Tuesday, July 24, 2018

Rebecca Angel's What We Had

It's all about the youngsters today on my blog. Hanson Briggs from Amra is just 23, and jazz singer Rebecca Angel has him beat at just 22 years of age. For a singer-songwriter in indie rock to record a first album at this young age is perfectly common since rock and roll is about youthful rebellion--or at least it was fifty years ago. Jazz is different, I believe. It's about experience and tradition and, as I've mentioned once or twice, it's about building some character that can be heard in your voice or in the way that you play. It's easy to like rock and pop--most people make an instant connection to it. Jazz is different for both performer and listener. It needs to be approached more carefully, hopefully from a perspective that you've lived a bit of life and some of these abstract ideas are easier to figure out.

Does that mean Rebecca Angel has a big disadvantage here, delivering an album of Brazilian jazz at such a tender age? Of course not. Talent gets your foot in the door, even in jazz, and she has an instantly likeable voice. In fact, it's more than likeable--it's sexy and alluring in the way Brazilian jazz has always been. I could remind you of "The Girl From Ipanema" and how that was a song about a beautiful girl walking along the beach and getting a lot of attention. There's something overtly sexual about Brazilian culture, at least to Americans. It's about having a relaxed attitude, and showing a little more skin than usual because it's so warm out. (Please remember that I'm talking about Brazilian jazz traditions in general, and not the singer.)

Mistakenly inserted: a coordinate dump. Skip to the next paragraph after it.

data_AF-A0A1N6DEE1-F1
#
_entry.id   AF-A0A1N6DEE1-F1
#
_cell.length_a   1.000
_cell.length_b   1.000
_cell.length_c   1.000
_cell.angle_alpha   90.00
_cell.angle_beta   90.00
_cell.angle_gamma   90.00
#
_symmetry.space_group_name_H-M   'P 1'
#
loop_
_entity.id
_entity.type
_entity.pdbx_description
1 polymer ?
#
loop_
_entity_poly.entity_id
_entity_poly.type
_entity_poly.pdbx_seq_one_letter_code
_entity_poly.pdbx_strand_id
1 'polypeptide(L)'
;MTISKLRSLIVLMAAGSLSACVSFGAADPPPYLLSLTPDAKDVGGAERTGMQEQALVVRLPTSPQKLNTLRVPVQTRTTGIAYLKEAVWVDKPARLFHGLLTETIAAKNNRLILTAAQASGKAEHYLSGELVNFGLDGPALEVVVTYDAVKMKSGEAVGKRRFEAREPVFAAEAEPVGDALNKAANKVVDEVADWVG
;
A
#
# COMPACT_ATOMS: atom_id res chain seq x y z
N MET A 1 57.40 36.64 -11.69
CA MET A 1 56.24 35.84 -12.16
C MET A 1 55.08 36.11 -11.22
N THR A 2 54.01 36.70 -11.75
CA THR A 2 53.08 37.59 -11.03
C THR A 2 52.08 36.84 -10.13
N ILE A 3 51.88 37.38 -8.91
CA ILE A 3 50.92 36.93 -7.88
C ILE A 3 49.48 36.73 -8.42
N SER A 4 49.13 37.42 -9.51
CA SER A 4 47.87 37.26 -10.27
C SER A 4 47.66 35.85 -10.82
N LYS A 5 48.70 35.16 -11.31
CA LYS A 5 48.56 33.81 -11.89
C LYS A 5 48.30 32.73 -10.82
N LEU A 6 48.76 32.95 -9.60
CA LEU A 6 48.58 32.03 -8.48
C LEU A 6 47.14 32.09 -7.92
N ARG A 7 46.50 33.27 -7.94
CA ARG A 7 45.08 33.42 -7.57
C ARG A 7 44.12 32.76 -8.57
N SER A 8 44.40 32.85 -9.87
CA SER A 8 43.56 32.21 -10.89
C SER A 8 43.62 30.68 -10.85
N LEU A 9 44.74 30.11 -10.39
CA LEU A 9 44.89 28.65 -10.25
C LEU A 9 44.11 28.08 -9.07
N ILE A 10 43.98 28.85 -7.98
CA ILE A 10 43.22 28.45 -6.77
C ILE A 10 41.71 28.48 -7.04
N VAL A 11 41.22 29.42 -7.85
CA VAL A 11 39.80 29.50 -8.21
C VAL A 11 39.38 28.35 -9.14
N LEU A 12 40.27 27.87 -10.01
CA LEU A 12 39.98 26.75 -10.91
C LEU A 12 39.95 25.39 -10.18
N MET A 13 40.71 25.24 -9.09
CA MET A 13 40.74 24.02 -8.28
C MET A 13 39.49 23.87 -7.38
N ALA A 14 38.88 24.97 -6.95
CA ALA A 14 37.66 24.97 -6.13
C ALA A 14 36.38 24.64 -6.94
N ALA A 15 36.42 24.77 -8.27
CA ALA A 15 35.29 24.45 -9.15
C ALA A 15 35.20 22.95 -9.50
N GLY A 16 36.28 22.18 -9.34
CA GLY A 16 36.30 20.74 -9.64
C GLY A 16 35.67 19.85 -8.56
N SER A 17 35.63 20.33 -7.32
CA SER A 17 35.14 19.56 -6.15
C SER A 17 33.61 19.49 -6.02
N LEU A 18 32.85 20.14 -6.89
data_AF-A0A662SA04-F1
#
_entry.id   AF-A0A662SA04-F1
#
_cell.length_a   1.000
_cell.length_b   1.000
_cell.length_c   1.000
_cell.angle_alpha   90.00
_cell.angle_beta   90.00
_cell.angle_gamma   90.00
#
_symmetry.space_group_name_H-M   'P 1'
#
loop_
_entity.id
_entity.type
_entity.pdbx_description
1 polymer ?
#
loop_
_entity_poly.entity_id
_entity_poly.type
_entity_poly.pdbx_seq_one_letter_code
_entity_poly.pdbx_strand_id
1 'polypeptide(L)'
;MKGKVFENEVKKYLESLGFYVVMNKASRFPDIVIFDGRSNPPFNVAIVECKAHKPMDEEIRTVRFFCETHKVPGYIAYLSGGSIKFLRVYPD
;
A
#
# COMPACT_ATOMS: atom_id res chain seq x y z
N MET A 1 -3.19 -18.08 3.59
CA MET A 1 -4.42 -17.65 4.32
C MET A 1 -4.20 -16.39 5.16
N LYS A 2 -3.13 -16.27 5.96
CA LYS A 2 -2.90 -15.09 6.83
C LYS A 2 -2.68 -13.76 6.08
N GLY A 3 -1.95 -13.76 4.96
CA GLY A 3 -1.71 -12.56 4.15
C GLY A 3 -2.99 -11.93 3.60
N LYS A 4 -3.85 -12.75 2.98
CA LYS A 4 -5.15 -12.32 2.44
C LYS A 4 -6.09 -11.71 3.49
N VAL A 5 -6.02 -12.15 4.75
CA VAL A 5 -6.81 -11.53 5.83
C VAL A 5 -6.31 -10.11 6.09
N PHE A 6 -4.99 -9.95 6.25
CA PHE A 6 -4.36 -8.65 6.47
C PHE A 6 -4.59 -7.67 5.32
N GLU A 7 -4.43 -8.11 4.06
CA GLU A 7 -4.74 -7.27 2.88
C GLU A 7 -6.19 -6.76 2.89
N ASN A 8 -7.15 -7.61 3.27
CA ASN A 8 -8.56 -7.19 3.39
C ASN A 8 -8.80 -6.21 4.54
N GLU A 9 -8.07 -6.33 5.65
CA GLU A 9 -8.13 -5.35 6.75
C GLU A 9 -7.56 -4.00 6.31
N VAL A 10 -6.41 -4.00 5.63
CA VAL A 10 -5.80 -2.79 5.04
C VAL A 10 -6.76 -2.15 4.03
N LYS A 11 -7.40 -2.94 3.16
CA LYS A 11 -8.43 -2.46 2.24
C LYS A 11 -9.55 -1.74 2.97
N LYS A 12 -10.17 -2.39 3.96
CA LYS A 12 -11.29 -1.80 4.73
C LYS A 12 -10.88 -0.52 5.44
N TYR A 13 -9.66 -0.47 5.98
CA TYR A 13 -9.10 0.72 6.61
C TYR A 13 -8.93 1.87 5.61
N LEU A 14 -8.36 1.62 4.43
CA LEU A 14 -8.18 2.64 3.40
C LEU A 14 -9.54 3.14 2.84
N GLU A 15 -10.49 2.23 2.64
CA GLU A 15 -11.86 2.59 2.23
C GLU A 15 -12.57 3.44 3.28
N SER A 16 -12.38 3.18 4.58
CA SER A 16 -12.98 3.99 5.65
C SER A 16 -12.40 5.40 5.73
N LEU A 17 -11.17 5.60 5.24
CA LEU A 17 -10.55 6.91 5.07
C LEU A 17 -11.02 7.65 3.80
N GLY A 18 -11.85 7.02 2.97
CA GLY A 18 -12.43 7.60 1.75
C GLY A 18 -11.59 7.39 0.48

What am I trying to say? Perhaps Brazilian jazz needs to be youthful and invigorating in spirit, so it helps when someone with such a pure and sultry voice finds a kinship with it. Angel has a breathy, sweet voice that might be just as comfortable singing pop hits, but she's able to bypass that observation through great taste in her material such as Hoagy Carmichael's "Winter Moon" and a gorgeous and unique cover of "Stand By Me." She's come up with a couple of original compositions on her own--the title track and "Feel Alive," both which blend seamlessly with the rest of the album. She also has plenty of talent behind her, a large ensemble that focuses on Caribbean and South American and sounds incredibly crisp and alive.

This is just an EP, five songs that are designed to get your attention. Fortunately you also get a couple of bonus tracks--"Stand By Me" comes in both a "radio mix" and an "electro remix," with Angel adding some programming touches on the latter. You also get two versions of Marcos Valle's instrumental hit "Jet Samba" in a radio mix and an "Ipanema remix." (This is the first time "Jet Samba" has ever been recorded with vocals.) This suggests there is far more to Angel than just being a young singer trying to get noticed. She's done such a good job here, from the singing to the arranging to the composing to the choice of material, that it's kind of silly to keep bringing up her age. So I'll stop.

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